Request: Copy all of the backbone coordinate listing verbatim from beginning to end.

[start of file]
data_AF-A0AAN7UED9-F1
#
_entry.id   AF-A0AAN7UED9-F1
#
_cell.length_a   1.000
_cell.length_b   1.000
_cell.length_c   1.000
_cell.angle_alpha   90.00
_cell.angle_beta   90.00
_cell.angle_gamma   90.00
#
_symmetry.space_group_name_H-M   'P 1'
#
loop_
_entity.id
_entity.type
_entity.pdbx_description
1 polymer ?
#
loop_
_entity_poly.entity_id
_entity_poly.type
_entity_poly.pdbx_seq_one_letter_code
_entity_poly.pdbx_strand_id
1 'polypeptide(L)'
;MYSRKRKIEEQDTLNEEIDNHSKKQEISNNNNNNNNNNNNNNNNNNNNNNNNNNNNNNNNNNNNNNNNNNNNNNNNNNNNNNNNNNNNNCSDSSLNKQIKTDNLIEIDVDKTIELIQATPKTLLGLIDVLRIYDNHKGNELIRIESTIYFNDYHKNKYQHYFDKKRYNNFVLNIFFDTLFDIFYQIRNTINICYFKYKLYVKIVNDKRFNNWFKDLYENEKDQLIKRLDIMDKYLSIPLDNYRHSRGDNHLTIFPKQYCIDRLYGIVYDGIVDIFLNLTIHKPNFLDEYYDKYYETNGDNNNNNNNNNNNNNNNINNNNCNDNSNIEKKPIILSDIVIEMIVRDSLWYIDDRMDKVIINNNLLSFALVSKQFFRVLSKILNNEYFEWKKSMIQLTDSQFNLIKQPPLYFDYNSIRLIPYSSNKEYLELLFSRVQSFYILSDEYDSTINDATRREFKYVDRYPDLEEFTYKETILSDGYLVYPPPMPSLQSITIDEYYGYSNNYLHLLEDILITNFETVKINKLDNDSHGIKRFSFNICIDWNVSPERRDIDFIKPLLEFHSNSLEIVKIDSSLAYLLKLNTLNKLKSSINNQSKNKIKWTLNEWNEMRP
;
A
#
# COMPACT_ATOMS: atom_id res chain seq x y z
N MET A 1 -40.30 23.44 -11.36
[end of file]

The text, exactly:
data_AF-A0AAN7UED9-F1
#
_entry.id   AF-A0AAN7UED9-F1
#
_cell.length_a   1.000
_cell.length_b   1.000
_cell.length_c   1.000
_cell.angle_alpha   90.00
_cell.angle_beta   90.00
_cell.angle_gamma   90.00
#
_symmetry.space_group_name_H-M   'P 1'
#
loop_
_entity.id
_entity.type
_entity.pdbx_description
1 polymer ?
#
loop_
_entity_poly.entity_id
_entity_poly.type
_entity_poly.pdbx_seq_one_letter_code
_entity_poly.pdbx_strand_id
1 'polypeptide(L)'
;MYSRKRKIEEQDTLNEEIDNHSKKQEISNNNNNNNNNNNNNNNNNNNNNNNNNNNNNNNNNNNNNNNNNNNNNNNNNNNNNNNNNNNNNCSDSSLNKQIKTDNLIEIDVDKTIELIQATPKTLLGLIDVLRIYDNHKGNELIRIESTIYFNDYHKNKYQHYFDKKRYNNFVLNIFFDTLFDIFYQIRNTINICYFKYKLYVKIVNDKRFNNWFKDLYENEKDQLIKRLDIMDKYLSIPLDNYRHSRGDNHLTIFPKQYCIDRLYGIVYDGIVDIFLNLTIHKPNFLDEYYDKYYETNGDNNNNNNNNNNNNNNNINNNNCNDNSNIEKKPIILSDIVIEMIVRDSLWYIDDRMDKVIINNNLLSFALVSKQFFRVLSKILNNEYFEWKKSMIQLTDSQFNLIKQPPLYFDYNSIRLIPYSSNKEYLELLFSRVQSFYILSDEYDSTINDATRREFKYVDRYPDLEEFTYKETILSDGYLVYPPPMPSLQSITIDEYYGYSNNYLHLLEDILITNFETVKINKLDNDSHGIKRFSFNICIDWNVSPERRDIDFIKPLLEFHSNSLEIVKIDSSLAYLLKLNTLNKLKSSINNQSKNKIKWTLNEWNEMRP
;
A
#
# COMPACT_ATOMS: atom_id res chain seq x y z
N MET A 1 -40.30 23.44 -11.36